Trail Shots: Walmsley back in Montana

Jim Walmsley approaches the top of Mount Sentinel on Monday. Photo credit: Myke Hermsmeyer.

Jim Walmsley has been back in Montana, racing at the Bridger Ridge Run and beating his Mount Sentinel Hill Climb course record outside the race.

But did the former Black Eagle resident, who now lives in Arizona, set an FKT on Missoula’s iconic mountain?

Photographer Myke Hermsmeyer, who has been documenting Walmsley’s runs, was back in the state as well and contributes to this week’s Trail Shots.

At Saturday’s Bridger Ridge Run, Walmsley was the fastest man in just over 3 hours 14 minutes. The course is roughly 20 miles, depending on the route runners take down from Bozeman’s “M,” with 6,800 feet of elevation gain and 9,500 feet of loss.

Walmsley told Montana Trail Crew’s Jimmy Grant he was unsure of the course on an unmarked section - the double fall-line descent from Sacagawea Peak - so he turned back and waited for the second-place runner.

Back in June, Walmsley drew a lot of attention after running most of the Western States 100-Mile Endurance Run at record pace, before being swept downriver then running off-course and finishing in 20th.

Bozeman’s Chase Parnell was second at just over 3:28, which bodes well for his upcoming Run Rabbit Run 100-mile race.

On the women’s side, Bozeman’s Kaitlin Macdonald finished in just over 4:00.

The top three men and women:

2016 Bridger Ridge Run men’s results

1. Jim Walmsley, Flagstaff, AZ, 3:14:03
2. Chase Parnell, Bozeman, 3:28:17
3. Rogan Brown, Ketchum, ID, 3:32:11

Kaitlin Macdonald on her way to first place at the Bridger Ridge Run. Photo credit: Myke Hermsmeyer
2016 Bridger Ridge Run women’s results

1. Kaitlin Macdonald, Bozeman, 4:00:26
2. Emily Hannah, Steamboat Springs, CO, 4:05:19
3. Anja Gruber, Ketchum, ID, 4:06:17

Jim Walmsley rests after his run up Mount Sentinel on Monday. Photo credit: Myke Hermsmeyer.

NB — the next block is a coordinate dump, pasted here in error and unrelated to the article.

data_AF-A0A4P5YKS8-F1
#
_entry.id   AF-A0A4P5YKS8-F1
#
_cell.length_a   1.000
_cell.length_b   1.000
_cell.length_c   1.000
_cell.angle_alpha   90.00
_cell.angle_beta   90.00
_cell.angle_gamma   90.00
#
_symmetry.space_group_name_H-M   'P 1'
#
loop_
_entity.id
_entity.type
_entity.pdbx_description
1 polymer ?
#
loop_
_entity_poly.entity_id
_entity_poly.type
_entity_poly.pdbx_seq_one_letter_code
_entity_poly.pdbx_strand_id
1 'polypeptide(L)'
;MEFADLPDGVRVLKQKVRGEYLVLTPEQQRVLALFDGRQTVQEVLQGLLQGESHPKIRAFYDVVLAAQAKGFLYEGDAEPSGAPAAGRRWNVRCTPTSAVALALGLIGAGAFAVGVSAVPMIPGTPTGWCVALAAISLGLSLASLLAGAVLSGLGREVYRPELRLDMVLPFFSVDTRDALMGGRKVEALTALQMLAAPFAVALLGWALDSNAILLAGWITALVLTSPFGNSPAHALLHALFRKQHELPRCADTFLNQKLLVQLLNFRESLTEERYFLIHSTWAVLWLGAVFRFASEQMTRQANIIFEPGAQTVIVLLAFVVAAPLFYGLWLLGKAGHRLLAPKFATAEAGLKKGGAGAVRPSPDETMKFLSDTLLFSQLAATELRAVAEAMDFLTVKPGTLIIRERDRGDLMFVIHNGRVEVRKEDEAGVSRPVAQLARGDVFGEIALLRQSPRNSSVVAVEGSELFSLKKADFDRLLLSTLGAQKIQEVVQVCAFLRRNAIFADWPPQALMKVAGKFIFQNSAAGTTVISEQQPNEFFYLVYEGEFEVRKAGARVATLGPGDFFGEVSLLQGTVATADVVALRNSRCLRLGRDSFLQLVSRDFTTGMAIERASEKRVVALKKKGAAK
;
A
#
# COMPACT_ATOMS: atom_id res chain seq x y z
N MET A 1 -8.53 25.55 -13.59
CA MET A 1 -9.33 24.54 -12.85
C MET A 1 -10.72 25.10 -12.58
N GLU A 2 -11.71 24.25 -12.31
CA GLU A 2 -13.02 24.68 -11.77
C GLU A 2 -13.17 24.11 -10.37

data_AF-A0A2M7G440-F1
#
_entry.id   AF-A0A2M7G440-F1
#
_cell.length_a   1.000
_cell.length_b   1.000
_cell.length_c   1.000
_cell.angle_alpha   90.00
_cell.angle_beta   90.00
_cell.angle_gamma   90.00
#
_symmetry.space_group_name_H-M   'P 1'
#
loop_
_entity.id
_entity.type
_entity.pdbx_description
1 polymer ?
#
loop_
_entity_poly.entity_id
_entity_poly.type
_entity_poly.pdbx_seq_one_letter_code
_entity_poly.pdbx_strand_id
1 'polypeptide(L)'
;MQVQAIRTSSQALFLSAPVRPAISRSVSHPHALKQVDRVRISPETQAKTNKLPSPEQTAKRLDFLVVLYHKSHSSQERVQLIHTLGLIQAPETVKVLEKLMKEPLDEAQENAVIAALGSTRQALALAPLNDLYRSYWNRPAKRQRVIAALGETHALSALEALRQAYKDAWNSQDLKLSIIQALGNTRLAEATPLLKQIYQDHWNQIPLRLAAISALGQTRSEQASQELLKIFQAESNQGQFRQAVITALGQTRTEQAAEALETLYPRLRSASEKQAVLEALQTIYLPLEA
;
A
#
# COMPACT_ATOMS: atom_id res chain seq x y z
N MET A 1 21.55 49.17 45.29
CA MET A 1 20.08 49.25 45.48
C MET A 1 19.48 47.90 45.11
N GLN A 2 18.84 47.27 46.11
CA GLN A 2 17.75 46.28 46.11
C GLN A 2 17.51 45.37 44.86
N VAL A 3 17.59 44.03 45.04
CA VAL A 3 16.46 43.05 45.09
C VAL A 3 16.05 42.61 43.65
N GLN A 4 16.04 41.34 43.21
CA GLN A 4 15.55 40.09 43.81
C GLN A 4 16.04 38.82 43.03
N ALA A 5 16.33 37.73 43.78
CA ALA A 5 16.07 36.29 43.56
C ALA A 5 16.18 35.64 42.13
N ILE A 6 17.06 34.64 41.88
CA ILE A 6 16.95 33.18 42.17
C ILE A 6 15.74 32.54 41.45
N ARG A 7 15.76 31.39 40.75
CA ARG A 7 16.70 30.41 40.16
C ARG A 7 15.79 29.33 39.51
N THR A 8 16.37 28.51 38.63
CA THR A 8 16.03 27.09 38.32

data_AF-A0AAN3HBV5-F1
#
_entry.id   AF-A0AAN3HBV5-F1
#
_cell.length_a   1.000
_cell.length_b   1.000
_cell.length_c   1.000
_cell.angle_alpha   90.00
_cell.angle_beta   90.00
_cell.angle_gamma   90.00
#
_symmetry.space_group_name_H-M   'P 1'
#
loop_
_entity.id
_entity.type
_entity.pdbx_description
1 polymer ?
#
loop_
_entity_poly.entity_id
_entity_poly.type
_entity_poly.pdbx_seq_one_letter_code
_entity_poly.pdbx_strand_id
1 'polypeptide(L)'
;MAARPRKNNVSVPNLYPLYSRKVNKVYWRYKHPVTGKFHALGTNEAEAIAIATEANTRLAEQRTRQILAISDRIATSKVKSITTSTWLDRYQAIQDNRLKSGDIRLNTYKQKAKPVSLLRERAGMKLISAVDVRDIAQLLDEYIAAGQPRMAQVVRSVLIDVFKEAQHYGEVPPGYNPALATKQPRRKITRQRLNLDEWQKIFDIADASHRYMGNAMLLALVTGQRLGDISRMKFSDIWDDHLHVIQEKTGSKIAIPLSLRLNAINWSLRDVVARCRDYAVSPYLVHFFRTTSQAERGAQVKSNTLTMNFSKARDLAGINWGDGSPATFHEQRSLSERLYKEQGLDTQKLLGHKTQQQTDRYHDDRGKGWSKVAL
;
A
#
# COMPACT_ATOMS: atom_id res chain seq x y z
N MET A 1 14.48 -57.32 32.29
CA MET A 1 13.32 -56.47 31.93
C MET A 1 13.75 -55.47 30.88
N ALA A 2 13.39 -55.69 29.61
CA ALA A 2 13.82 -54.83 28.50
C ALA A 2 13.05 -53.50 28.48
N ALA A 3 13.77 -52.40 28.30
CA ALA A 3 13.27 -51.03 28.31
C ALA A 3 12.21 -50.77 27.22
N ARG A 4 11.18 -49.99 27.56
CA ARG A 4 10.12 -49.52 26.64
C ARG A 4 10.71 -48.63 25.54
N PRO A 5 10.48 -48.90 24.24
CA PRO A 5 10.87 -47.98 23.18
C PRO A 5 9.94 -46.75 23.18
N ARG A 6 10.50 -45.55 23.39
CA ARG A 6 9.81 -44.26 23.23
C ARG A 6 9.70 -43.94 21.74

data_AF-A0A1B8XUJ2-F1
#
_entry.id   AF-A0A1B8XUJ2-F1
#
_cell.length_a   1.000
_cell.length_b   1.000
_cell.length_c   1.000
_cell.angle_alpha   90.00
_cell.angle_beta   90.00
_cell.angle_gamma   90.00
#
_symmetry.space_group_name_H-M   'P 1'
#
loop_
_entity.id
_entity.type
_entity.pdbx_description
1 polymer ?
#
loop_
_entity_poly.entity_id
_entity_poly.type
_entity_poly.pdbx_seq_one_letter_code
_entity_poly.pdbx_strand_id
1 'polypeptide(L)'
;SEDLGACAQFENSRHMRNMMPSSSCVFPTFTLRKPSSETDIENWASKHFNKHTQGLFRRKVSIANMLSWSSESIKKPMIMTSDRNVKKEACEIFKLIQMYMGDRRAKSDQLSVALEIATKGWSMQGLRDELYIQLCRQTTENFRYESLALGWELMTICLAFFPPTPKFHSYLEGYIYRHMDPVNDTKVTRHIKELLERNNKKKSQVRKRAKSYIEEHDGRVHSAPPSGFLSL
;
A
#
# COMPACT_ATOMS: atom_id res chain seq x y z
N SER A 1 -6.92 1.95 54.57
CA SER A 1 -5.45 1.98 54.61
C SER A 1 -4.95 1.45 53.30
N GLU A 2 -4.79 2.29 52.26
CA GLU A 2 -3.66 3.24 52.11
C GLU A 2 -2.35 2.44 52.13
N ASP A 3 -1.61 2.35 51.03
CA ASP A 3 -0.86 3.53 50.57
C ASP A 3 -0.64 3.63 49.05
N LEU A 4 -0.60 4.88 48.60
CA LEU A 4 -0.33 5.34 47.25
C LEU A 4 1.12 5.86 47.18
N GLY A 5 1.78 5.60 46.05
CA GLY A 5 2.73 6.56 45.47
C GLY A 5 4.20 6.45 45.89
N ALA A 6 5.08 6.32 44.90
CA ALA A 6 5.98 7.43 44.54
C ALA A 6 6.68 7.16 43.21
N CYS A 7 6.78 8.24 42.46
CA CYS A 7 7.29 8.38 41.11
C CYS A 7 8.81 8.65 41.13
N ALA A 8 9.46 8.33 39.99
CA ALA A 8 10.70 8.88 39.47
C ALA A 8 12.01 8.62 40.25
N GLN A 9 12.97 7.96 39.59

Mount Sentinel FKT?

Two days after the Ridge Run, Walmsley made his way back to Missoula, where he set the Sentinel Hill Climb course record of 19:52 in 2014.

In 90-degree heat Monday, he ran the course in 19:45, reaching the “M” in 6:06, Hermsmeyer wrote on Instagram and Facebook.

The posts prompted a discussion about whether Walmsley set an FKT up Mount Sentinel.

The race from the trailhead at the bottom of the mountain, up the “M” Trail then the northwest ridge to the top covers about 1.6 miles and 2,000 feet of elevation gain.

While Walmsley beat his record Monday, some noted that former University of Montana runners David Morris and Scott McGowan were both known for their speed up Sentinel, the course start has changed and record-keeping hasn’t been the best.

"The course has had different start lines over the years," Tim Mosbacher wrote. "David Morris started on campus for his time of 20:02 in 1994. His time from the bottom gate was ~19:15."

Morris is a former U.S. marathon record holder and still has the UM 1,500-meter record, and McGowan was Montana’s first sub-4:00 miler.

Cynthia Arnold of Polson holds the women’s Sentinel Hill Climb record at 24:10, set during this year’s race. She held the previous record at 24:29, from the same 2014 race as Walmsley’s record.

Here’s the MTC guide to the Sentinel Hill Climb.

Jess Zephyrs stands on top of Mount Siyeh in Glacier National Park. Photo credit: Dan Stone
More Trail Shots

Jess Zephyrs and Dan Stone summited 10,000-foot Mount Siyeh between Siyeh Bend and Sunrift Gorge while in Glacier National Park last weekend, encountering two grizzly bears near the top.

“The Siyeh Pass Trail is fantastic but can get busy mid-day on the weekend,” Stone wrote.

Jennifer Grigg, below the lookout on St. Mary Peak. Photo credit: Justin Grigg
Training for The Rut 11K, Jennifer Grigg went up St. Mary Peak in the Selway-Bitterroot Wilderness on Sunday. The stats - just over 7 miles and 2,400 feet of gain between 7,000 and 9,300 feet - closely match the 11K.


  1. Jim also nabbed Bozeman's "M" Strava Run segment in 5:12 (and other records around Baldy) the day before Bridger so he has the online records for both iconic "M" climbs.



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